Hong Kong has a free market economy that is highly dependent on international trade, such that the value of goods and services, including a high share of re-exports, is four times that of the country’s GDP.
Hong Kong does not charge taxes on imported products, and there is no special excise tax on any product, except hard alcohol (with or without local production), tobacco, hydrocarbon and methyl alcohol. Hong Kong is also a country without quota and discount laws. The country’s currency, the Hong Kong Dollar (HKD), is closely linked to the US dollar in accordance with a 1983 agreement.
The surplus of liquidity, low interest rates and low housing supply brought the housing prices in the island country up. Low and middle-income residents of the country complain about housing prices.
The fact that Hong Kong has a free market economy is the main reason why the country is affected by global economic tides. The dependence of the market on foreign trade and investment renders the country’s economy vulnerable to losses from rising global market fluctuations and economic slowdowns worldwide.
Hong Kong – GDP Growth Rate (Trading Economics)
Hong Kong’s largest trading partner is the People’s Republic of China, which accounts for nearly half of the country’s trade volume. Hong Kong is a country with limited natural resources; food and raw materials are imported.
As a result of China’s easing of tourism bans, the total amount of money left by Chinese tourists visiting Hong Kong in 2001 increased from 4.5 million to 47.3 million in 2014, more than the sum of the money left by other world tourists. Tourism revenue peaked in 2014, declined by 2.5 percent in 2015 and 4.5 percent in 2016.
Hong Kong’s tourism sector has started to rise again in 2017 and the number of tourists has increased by 3.2 percent and tourism revenue has increased to 58.47 million. With 44.5 million in tourism revenue (76 percent of the total value), it attracts Chinese tourists.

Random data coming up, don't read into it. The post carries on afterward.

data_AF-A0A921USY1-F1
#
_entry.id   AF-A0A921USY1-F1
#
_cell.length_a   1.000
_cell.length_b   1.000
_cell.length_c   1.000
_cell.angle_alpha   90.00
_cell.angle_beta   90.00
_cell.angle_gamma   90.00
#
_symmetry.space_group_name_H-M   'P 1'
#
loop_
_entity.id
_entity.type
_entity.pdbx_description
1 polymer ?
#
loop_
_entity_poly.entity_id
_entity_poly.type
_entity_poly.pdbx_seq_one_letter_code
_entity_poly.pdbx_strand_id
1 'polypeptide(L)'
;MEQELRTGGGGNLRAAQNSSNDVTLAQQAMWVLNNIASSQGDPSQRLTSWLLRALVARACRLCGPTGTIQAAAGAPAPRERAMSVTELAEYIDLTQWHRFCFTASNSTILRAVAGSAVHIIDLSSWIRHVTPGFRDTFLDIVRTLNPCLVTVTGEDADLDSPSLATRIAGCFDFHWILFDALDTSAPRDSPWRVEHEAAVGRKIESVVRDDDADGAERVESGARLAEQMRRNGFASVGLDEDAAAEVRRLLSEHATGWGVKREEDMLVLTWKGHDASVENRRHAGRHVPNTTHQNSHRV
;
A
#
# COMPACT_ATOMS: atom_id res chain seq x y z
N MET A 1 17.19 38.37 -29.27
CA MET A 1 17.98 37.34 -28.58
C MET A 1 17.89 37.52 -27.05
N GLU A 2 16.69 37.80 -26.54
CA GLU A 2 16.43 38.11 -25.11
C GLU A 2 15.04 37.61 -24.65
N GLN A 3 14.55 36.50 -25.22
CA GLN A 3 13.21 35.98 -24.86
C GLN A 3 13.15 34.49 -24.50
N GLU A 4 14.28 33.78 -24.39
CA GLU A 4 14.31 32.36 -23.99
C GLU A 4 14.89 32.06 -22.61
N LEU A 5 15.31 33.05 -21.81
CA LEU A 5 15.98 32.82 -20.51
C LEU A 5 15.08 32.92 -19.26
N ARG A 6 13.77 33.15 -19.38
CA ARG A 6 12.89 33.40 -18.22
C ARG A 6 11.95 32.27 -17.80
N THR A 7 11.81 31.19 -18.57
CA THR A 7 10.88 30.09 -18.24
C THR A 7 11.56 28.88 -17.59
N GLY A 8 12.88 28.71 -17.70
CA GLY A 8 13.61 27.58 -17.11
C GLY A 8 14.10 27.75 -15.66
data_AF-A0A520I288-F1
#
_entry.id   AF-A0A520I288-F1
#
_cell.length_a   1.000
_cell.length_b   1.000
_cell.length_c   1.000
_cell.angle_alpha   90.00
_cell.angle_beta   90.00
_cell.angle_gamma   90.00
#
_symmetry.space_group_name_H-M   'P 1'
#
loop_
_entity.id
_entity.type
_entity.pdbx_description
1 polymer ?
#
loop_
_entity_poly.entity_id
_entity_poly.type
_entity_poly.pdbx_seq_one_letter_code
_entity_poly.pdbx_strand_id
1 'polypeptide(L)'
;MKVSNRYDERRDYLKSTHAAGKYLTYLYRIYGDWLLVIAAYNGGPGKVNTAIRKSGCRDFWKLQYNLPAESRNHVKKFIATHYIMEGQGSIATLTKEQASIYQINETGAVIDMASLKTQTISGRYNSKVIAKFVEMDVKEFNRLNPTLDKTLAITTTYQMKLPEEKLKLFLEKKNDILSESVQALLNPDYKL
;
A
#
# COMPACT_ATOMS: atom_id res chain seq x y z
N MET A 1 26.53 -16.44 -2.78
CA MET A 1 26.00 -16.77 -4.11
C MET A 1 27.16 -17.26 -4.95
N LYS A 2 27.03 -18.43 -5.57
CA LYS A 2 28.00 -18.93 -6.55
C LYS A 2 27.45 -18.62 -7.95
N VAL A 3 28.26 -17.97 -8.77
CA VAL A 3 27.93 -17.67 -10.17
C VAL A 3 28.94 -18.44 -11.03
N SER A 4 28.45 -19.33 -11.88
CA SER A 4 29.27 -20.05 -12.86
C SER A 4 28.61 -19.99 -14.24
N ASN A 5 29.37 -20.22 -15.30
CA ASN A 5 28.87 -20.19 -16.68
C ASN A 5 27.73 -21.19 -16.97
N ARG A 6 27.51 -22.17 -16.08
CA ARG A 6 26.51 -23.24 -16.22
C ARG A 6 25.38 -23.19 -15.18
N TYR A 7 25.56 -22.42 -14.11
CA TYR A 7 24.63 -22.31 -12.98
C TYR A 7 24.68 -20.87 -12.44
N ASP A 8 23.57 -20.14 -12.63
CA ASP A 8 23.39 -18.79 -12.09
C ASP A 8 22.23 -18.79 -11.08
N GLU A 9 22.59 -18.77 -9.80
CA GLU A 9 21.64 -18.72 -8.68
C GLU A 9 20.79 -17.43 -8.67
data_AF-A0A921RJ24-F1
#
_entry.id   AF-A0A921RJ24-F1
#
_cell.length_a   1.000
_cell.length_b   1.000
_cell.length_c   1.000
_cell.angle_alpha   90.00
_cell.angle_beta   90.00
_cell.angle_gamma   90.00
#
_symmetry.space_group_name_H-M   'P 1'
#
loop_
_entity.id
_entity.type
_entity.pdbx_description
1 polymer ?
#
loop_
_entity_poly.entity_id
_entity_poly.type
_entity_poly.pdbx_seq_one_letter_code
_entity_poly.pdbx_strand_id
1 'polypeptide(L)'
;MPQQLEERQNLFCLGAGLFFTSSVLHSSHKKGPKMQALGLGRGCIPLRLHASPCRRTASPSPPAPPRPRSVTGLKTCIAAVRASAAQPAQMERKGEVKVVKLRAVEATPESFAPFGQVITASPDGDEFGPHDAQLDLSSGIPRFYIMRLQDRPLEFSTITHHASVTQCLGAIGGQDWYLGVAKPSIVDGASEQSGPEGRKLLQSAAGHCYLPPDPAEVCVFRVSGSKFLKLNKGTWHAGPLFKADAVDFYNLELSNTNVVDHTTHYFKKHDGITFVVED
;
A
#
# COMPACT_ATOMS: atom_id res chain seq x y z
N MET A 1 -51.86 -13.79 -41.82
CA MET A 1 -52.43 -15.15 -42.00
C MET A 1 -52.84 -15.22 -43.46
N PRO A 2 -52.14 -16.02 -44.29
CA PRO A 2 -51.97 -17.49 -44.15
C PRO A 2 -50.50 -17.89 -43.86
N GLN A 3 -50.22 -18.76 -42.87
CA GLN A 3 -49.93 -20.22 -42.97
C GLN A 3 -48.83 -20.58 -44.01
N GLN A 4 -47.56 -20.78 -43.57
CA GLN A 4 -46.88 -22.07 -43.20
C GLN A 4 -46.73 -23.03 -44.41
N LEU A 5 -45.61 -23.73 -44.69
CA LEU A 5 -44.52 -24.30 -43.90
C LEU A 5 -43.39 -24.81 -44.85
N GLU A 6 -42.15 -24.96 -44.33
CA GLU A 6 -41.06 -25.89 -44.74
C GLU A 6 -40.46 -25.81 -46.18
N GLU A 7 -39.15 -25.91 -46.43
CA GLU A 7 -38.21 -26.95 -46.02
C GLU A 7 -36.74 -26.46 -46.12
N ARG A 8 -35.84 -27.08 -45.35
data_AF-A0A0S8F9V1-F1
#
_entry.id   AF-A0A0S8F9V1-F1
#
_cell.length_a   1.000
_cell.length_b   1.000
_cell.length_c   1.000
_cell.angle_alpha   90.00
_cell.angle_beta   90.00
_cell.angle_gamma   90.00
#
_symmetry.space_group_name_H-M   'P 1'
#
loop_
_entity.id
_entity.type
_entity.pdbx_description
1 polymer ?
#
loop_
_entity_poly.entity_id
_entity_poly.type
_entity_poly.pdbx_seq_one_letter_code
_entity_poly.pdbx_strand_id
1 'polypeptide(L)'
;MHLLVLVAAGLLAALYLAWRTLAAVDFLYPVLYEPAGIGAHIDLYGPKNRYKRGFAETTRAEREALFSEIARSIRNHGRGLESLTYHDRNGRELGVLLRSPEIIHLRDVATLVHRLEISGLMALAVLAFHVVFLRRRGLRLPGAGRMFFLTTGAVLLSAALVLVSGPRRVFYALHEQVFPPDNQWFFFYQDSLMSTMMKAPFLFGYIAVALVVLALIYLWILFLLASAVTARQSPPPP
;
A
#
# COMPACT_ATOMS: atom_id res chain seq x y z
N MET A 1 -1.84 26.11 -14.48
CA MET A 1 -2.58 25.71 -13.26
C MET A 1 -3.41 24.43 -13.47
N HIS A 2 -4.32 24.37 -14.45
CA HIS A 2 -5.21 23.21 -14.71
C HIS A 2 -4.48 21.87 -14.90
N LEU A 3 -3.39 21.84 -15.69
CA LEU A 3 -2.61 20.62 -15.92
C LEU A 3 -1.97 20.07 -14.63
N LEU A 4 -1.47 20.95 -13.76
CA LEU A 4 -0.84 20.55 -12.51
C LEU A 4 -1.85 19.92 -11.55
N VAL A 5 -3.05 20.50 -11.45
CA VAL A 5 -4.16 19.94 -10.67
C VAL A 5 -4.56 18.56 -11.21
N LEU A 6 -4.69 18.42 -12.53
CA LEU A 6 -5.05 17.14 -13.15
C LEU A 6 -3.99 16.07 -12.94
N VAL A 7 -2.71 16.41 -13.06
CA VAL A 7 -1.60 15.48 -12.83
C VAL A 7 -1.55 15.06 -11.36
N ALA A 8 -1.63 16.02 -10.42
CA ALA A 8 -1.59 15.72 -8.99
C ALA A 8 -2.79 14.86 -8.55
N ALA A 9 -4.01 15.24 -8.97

The country’s government is taking steps to make the Special Administrative Region (SRA) renminbin (RMB, China’s official currency, unit of yuan) a trade center that will be the foot of the world. Residents of Hong Kong can open an account with a weight of RMB, corporate bonds or Chinese government bonds denominated in RMB are issued in Hong Kong, and trade agreements can be made over RMB.
In addition, the Renminbi Certified Foreign Institutional Investor Program (RQFII) also began in Hong Kong. However, offshore RMB activity declined as the Bank of China changed the way it calculates interest rate parity. RMB reserves in Hong Kong decreased from 1 trillion at the end of 2014 to 559 billion at the end of 2017; The share purchase and sales volume in Hong Kong banks also decreased from 6.8 trillion to 3.9 trillion.
Hong Kong – Unemployment Rate (Trading Economics)
Hong Kong also serves as the number one stock market for Chinese companies that want to open up. As of 2015, 50 percent of the Hong Kong Stock Exchange is composed of Chinese companies.
Over the past decade, the country’s manufacturing industry has largely shifted to China, and the service sector has filled the gap. In 2014, Hong Kong and China reached a new agreement on the service trade clauses released within Guangdong Province under the Close Economic Partnership Agreement (CEPA) signed in 2003 to tighten relations between China and Hong Kong.
With the Trade Agreement of November 2015, which was signed on the basis of the Guangdong Agreement, the liberalization of the freedoms, especially in the Guangdong pilot free trade zone, was expanded throughout the country, the restrictive measures on the negative list were reduced, and the positive list for cross-border services, cultural services and telecommunications services was expanded. In June 2017, on the basis of CEPA, an Agreement on Investment, Economic and Technical Matters (Ectoech Aggreement) was signed.
Hong Kong – Inflation Rate (Trading Economics)
Hong Kong’s economic integration with China is most evident in the banking and financial sectors. The Hong Kong-Shanghai Stock Exchange Partnership and the Hong Kong-Shenzen Stock Exchange Partnership have contributed significantly to the opening of China’s major markets to the world and to make Hong Kong the largest offshore RMB market in China.
The ETF partnership for stock exchange mutual funds and products has also been the subject of discovery by Hong Kong authorities. Hong Kong President Carrie Lam, R & D, education and technological innovation in 2017 to allocate more government resources and increase the diversity of the sector said it is aimed at achieving economic growth.